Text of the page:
About Iran - Art
Persian Carpet The art of carpet weaving in Iran dates backs to 2,500 years and is rooted in the culture and customs of its people and their instinctive feelings. Weavers mix elegant patterns with a myriad of colors. The Iranian carpet is similar to the Persian garden: full of florae, birds and beasts. The colors are usually extracted from wild flowers, and are rich in colors such as burgundy, navy blue and accents of ivory. The proto-fabric is often washed in tea to soften the texture, giving it a unique quality. Depending on where the rug is made, patterns and designs vary. Some rugs such as Gabbeh, and Kilim have variations in their textures and number of knots as well. Out of about 2 million Iranians involved in the trade, 1.2 million are weavers who produce the largest amount of hand-woven carpets
Painting Caves in Iran’s Lorestan province exhibit painted imagery of animals and hunting scenes. Those in Fars province and Sialk are at least 5,000 years old. Painting in Iran is thought to have reached a peak during the Tamerlane era when outstanding masters such as Kamaleddin Behzad gave birth to a new style of painting.Qajarid paintings, for instance, are a combination of European influences and Safavid miniature schools of painting such as those introduced by Reza Abbasi. Masters such as Kamal-ol-Molk further pushed forward the European influence in Iran. It was during the Qajar era when “Teahouse painting” emerged. Subjects of this style were often religious and nationalist in nature depicting scenes from Shiite history and literary epics like Ferdowsi’s Shahnameh.
Pottery and Ceramics Prominent archeologist Roman Ghirshman said, “The taste and talent of these people [Iranians] can be seen through the designs of their earthenware.” Of the thousands of archeological sites and historical ruins of Iran, almost every one of them can be found to have been filled, at some point, with earthenware of exceptional quality. The history of the art of pottery in Iran goes back into ancient time. When agriculture came into existence and cultivation started on Iran's plateau by primitive races of this land, people made utensils of baked clay in order to meet their needs. Iranian pottery (sometimes known as gombroon) production presents a continuous history from the beginning of Iranian history until the present day. Thousands of unique vessels alone were found in Sialk and Jiroft sites. The occupation of the potter (kouzehgar) has a special place in Persian literature.
Miniatureing A Persian miniature is a richly detailed miniature painting which depicts religious or mythological themes from the region of the Middle East now known as Iran. The art of miniature painting in Persia flourished from the 13th through the 16th centuries, and continues to this day, with several contemporary artists producing notable Persian miniatures. These delicate, lush paintings are typically visually stunning, with a level of detail which can only be achieved with a very fine hand and an extremely small brush. Several features about Persian miniatures stand out. The first is the size and level of detail; many of these paintings are quite small, but they feature rich, complex scenes which can occupy a viewer for hours. Classically, a Persian miniature also features accents in gold and silver leaf, along with a very vivid array of colors. The perspective in a Persian miniature also tends to be very intriguing, with elements overlaid on each other in ways which sometimes feel awkward to people who are accustomed to the look and feel of Western art.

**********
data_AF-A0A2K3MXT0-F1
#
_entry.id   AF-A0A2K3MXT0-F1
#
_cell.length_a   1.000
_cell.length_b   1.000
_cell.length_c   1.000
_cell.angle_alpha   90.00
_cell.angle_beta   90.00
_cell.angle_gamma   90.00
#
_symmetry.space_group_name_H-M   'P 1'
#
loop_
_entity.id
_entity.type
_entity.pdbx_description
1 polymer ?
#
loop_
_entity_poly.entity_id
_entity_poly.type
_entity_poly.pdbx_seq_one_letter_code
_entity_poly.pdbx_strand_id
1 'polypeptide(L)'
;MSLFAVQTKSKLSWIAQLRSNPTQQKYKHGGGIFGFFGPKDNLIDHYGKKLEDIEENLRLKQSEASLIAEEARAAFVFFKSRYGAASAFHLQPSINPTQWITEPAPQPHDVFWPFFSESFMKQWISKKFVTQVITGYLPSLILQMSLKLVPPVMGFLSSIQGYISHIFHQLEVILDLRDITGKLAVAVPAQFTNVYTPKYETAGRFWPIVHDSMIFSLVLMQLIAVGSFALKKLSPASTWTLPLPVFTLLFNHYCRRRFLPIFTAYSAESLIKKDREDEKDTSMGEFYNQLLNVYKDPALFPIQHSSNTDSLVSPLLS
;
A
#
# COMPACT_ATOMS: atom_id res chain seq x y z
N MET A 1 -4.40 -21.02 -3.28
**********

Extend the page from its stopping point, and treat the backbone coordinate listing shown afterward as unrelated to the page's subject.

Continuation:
Calligraphy The art of calligraphy is one of the reputable and famous arts in Iran. The glorious art of calligraphy and its numerous decorations have always been praised by Iranologs.The importance of the art of calligraphy among Iranian arts is such that some arts seem to be imperfect, without decorative calligraphy. Iranians more than any other nation have used various calligraphy to enrich and beautify earthen-ware, metallic vessels and historic buildings.The significance of the art of calligraphy in works of pottery, metalwork and historical buildings is such that they are considered deficient without the calligraphic adorning. Illuminations, especially in the Qur’an and works such as Shahnameh, Divan-e Hafez, Golestan and Boustan, are recognized as highly invaluable because of their delicate calligraphy alone. Vast quantities of these are scattered and preserved in museums and private collections worldwide such as the Hermitage Museum of St. Petersburg and Washington’s Freer Gallery of Art among many others.
Kilim Kilims are flat tapestry-woven carpets or rugs produced from the Balkans to Pakistan. Kilims can be purely decorative or can function as prayer rugs. Kilims are produced by tightly interweaving the warp and weft strands of the weave to produce a flat surface with no pile. Kilim weaves are tapestry weaves, technically weft-faced plain weaves, that is, the horizontal weft strands are pulled tightly downward so that they hide the vertical warp strands. When the end of a color boundary is reached, the weft yarn is wound back from the boundary point. Thus, if the boundary of a field is a straight vertical line, a vertical slit forms between the two different color areas where they meet. For this reason, most kilims can be classed as "slit woven" textiles. The slits are beloved by collectors, as they produce very sharp-etched designs, emphasizing the geometry of the weave.
  • Iran is home to one of the richest art heritages and handicrafts in world history
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